The Rolling Stones refused to play U.K.'s Glastonbury Festival for decades, but the legendary British rockers finally relented in 2013 after receiving a personal note, written by festival founder Michael Eavis.
According to a new interview with Eavis posted Dec. 26 at U.K.'s TheGuardian.com, The Stones' official reps repeatedly told Eavis there was "no chance" of booking the band, but Eavis won the "Satisfaction" hitmakers over with a handwritten letter, entreating them to "make this work."
Eavis reveals that the note, which expressed his personal admiration and his belief that Glastonbury would be the perfect way to cap The Stones' 50th anniversary, was the turning point in negotiations, saying, "It made a difference because that way the band knew for sure that I wanted them and why. I told them that we were both of a similar age and said: 'Come on, let's make this work!'"
The Rock and Roll Hall of Famers made their Glastonbury debut appearance on June 29, 2013, performing on the Pyramid Stage to a sold out crowd of 200,000 festival goers and 2.5 million TV viewers, which Eavis describes as "the highlight of 43 years of Glastonbury."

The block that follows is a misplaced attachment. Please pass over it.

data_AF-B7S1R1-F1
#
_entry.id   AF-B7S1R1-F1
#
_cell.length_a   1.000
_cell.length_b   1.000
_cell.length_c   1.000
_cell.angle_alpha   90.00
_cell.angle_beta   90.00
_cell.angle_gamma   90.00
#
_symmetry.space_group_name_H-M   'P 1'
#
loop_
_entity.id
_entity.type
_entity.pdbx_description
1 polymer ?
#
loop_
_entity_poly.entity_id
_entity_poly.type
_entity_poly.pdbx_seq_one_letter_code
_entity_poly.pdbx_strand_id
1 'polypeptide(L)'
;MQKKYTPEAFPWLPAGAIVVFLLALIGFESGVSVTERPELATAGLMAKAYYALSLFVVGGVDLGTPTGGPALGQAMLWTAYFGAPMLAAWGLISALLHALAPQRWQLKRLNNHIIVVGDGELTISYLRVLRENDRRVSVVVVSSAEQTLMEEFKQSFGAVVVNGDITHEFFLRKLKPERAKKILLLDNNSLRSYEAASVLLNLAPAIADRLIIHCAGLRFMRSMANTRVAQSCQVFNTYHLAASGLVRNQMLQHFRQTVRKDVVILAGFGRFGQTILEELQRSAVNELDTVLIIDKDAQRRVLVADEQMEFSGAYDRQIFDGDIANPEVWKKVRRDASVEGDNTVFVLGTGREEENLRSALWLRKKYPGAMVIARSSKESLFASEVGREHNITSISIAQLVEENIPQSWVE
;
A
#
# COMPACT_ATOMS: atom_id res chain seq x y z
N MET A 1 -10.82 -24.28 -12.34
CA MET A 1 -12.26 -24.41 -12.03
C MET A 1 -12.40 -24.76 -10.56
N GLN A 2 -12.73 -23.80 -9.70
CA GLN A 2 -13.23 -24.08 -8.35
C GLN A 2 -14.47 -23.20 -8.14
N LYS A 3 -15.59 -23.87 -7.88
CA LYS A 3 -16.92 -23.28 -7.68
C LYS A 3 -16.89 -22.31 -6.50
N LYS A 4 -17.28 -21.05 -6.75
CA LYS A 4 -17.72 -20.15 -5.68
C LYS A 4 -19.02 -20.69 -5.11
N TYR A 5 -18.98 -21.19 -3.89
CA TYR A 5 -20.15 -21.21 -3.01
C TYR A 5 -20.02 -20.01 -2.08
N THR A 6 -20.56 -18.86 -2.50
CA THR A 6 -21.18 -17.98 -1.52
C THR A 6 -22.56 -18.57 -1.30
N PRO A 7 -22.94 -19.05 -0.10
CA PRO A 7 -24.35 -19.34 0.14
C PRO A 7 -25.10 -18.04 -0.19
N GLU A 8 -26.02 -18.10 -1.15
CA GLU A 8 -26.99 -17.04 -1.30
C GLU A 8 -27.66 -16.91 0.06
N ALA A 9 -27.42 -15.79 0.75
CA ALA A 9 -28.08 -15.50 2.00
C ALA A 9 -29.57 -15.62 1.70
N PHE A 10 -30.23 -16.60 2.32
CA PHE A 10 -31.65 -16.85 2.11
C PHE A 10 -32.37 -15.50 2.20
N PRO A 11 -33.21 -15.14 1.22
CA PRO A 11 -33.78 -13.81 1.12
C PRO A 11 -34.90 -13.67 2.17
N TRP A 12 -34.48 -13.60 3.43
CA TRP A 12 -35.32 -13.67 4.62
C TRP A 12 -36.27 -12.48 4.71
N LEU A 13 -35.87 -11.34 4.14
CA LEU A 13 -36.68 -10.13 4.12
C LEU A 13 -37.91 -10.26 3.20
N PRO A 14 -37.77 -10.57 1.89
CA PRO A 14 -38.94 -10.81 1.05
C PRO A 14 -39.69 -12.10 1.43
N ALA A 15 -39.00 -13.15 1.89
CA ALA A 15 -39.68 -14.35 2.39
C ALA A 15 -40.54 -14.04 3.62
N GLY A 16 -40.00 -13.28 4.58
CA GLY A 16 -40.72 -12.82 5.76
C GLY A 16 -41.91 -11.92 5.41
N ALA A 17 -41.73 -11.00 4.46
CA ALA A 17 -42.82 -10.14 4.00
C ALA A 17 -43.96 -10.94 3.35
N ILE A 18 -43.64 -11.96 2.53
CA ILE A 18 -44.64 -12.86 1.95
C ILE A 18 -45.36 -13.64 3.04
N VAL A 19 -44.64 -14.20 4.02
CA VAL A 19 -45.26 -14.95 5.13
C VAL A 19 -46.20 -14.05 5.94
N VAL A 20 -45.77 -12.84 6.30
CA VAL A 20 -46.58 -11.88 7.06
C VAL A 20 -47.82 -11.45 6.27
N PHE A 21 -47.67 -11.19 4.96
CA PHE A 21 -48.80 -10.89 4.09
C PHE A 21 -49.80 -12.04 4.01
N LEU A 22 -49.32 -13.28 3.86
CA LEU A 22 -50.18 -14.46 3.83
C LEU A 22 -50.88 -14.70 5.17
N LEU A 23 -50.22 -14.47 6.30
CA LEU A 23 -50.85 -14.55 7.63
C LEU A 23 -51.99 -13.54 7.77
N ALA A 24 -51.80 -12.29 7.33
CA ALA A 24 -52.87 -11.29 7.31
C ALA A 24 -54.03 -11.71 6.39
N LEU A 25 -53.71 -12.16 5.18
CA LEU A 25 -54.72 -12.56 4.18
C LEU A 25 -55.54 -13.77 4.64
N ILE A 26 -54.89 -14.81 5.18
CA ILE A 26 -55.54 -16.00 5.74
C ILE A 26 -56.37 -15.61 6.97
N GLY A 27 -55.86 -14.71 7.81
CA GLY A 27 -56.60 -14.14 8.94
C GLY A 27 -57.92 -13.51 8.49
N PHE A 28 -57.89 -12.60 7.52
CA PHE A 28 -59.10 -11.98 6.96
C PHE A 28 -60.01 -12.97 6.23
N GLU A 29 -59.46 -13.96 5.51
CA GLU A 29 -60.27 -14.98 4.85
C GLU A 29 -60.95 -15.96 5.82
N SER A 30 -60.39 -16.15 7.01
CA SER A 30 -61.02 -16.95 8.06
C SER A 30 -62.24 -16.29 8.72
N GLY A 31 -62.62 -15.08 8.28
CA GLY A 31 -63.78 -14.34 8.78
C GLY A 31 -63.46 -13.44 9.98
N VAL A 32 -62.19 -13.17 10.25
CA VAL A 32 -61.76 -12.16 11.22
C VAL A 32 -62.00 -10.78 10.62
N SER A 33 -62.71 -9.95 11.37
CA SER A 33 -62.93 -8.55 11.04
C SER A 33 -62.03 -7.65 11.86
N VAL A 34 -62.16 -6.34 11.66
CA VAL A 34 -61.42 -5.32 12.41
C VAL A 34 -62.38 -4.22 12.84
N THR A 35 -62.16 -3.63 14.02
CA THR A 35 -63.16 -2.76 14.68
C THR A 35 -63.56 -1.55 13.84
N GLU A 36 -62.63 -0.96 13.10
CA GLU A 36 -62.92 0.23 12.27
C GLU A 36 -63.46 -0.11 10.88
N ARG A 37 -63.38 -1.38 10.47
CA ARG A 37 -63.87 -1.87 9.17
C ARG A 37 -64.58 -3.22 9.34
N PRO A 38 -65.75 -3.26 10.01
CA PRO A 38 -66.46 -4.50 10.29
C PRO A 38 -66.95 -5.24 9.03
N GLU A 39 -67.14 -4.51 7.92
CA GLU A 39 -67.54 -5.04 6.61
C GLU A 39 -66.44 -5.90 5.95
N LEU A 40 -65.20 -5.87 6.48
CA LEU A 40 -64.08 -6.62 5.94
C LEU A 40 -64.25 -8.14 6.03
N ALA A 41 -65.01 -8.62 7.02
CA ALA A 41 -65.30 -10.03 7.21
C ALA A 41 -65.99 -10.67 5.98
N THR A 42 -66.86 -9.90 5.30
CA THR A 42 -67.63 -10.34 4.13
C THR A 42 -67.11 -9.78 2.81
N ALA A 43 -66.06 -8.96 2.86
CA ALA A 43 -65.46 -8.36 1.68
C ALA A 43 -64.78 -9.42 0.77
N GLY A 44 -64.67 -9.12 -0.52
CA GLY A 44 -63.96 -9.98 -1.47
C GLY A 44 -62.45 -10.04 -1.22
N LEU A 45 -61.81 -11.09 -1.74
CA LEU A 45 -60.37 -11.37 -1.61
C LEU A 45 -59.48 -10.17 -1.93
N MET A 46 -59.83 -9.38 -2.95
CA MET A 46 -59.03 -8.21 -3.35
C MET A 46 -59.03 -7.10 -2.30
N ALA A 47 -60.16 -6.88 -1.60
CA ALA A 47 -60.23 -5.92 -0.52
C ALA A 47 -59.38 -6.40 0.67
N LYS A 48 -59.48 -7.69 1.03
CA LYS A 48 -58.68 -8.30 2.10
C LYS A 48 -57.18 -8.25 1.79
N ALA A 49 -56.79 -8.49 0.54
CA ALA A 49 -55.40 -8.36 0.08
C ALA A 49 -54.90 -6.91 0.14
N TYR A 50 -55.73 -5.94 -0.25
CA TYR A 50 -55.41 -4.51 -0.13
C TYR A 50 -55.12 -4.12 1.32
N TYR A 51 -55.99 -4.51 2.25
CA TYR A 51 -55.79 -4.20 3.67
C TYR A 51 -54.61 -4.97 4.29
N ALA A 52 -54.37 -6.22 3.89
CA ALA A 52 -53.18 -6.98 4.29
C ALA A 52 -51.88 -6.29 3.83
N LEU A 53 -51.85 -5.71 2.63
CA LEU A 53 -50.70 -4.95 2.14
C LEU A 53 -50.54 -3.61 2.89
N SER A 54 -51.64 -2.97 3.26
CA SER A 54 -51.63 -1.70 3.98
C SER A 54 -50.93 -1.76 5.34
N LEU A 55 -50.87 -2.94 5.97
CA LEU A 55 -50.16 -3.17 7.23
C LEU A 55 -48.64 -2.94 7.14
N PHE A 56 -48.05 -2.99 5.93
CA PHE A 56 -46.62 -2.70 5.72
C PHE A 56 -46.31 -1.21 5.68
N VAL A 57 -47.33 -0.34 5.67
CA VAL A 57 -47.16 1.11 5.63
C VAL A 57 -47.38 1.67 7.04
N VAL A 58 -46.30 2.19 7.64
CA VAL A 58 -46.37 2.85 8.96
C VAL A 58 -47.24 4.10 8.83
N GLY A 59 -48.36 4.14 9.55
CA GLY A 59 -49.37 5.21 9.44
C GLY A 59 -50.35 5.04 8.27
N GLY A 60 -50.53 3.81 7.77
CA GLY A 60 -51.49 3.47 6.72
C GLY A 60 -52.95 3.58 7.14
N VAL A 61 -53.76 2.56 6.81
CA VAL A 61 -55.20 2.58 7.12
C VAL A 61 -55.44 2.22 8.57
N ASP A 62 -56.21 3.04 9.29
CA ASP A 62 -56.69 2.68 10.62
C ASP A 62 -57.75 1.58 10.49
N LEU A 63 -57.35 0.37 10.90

With the announcement of an upcoming Asia-Pacific tour leg - dubbed "14 on Fire" - along with recent news of The Stones scoring three nominations at the 56th annual Grammy Awards, 2014 is sure to be another memorable year for The World’s Greatest Rock and Roll Band.
For more details, check out RollingStones.com.
Did you know? The Rolling Stones headline performance at Glastonbury recently topped a U.K. poll to determine the biggest music moment of 2013, conducted by One Poll for U.K. music streaming service Blinkbox Music.